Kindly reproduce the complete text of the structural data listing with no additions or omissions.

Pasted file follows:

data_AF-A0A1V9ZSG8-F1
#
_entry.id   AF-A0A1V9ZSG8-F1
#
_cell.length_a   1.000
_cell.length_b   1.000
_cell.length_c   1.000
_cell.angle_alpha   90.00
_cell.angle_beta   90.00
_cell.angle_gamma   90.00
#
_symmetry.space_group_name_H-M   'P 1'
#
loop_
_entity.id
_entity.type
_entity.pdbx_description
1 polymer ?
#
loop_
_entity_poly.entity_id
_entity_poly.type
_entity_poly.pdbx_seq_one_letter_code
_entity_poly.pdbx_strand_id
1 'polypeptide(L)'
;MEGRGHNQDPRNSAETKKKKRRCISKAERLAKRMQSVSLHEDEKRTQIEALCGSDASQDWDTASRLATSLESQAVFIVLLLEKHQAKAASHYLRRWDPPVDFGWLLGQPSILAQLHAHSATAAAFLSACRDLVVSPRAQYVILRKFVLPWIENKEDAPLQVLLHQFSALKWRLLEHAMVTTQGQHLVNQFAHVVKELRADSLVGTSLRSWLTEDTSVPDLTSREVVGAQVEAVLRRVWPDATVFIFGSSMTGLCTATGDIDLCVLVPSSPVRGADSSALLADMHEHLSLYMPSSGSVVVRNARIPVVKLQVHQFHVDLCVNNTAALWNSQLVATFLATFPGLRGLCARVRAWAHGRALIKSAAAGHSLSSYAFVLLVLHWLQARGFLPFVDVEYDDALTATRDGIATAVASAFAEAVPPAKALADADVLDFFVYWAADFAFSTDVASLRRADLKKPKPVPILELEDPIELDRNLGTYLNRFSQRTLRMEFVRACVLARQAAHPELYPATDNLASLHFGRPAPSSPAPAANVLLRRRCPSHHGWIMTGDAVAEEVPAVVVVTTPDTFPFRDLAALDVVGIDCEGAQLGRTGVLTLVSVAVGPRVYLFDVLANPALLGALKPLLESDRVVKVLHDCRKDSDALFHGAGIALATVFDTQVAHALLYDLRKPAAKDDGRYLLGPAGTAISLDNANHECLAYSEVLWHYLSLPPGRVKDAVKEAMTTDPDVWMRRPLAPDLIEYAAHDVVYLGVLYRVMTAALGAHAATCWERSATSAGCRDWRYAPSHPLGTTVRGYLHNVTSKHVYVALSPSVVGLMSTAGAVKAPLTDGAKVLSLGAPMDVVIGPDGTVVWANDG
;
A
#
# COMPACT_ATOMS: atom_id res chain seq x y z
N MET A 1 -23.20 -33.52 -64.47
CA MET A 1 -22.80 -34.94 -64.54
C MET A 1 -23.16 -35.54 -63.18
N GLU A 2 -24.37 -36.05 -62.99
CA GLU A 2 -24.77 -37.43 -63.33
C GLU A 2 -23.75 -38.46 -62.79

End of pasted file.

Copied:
data_AF-A0A1V9ZSG8-F1
#
_entry.id   AF-A0A1V9ZSG8-F1
#
_cell.length_a   1.000
_cell.length_b   1.000
_cell.length_c   1.000
_cell.angle_alpha   90.00
_cell.angle_beta   90.00
_cell.angle_gamma   90.00
#
_symmetry.space_group_name_H-M   'P 1'
#
loop_
_entity.id
_entity.type
_entity.pdbx_description
1 polymer ?
#
loop_
_entity_poly.entity_id
_entity_poly.type
_entity_poly.pdbx_seq_one_letter_code
_entity_poly.pdbx_strand_id
1 'polypeptide(L)'
;MEGRGHNQDPRNSAETKKKKRRCISKAERLAKRMQSVSLHEDEKRTQIEALCGSDASQDWDTASRLATSLESQAVFIVLLLEKHQAKAASHYLRRWDPPVDFGWLLGQPSILAQLHAHSATAAAFLSACRDLVVSPRAQYVILRKFVLPWIENKEDAPLQVLLHQFSALKWRLLEHAMVTTQGQHLVNQFAHVVKELRADSLVGTSLRSWLTEDTSVPDLTSREVVGAQVEAVLRRVWPDATVFIFGSSMTGLCTATGDIDLCVLVPSSPVRGADSSALLADMHEHLSLYMPSSGSVVVRNARIPVVKLQVHQFHVDLCVNNTAALWNSQLVATFLATFPGLRGLCARVRAWAHGRALIKSAAAGHSLSSYAFVLLVLHWLQARGFLPFVDVEYDDALTATRDGIATAVASAFAEAVPPAKALADADVLDFFVYWAADFAFSTDVASLRRADLKKPKPVPILELEDPIELDRNLGTYLNRFSQRTLRMEFVRACVLARQAAHPELYPATDNLASLHFGRPAPSSPAPAANVLLRRRCPSHHGWIMTGDAVAEEVPAVVVVTTPDTFPFRDLAALDVVGIDCEGAQLGRTGVLTLVSVAVGPRVYLFDVLANPALLGALKPLLESDRVVKVLHDCRKDSDALFHGAGIALATVFDTQVAHALLYDLRKPAAKDDGRYLLGPAGTAISLDNANHECLAYSEVLWHYLSLPPGRVKDAVKEAMTTDPDVWMRRPLAPDLIEYAAHDVVYLGVLYRVMTAALGAHAATCWERSATSAGCRDWRYAPSHPLGTTVRGYLHNVTSKHVYVALSPSVVGLMSTAGAVKAPLTDGAKVLSLGAPMDVVIGPDGTVVWANDG
;
A
#
# COMPACT_ATOMS: atom_id res chain seq x y z
N MET A 1 -23.20 -33.52 -64.47
CA MET A 1 -22.80 -34.94 -64.54
C MET A 1 -23.16 -35.54 -63.18
N GLU A 2 -24.37 -36.05 -62.99
CA GLU A 2 -24.77 -37.43 -63.33
C GLU A 2 -23.75 -38.46 -62.79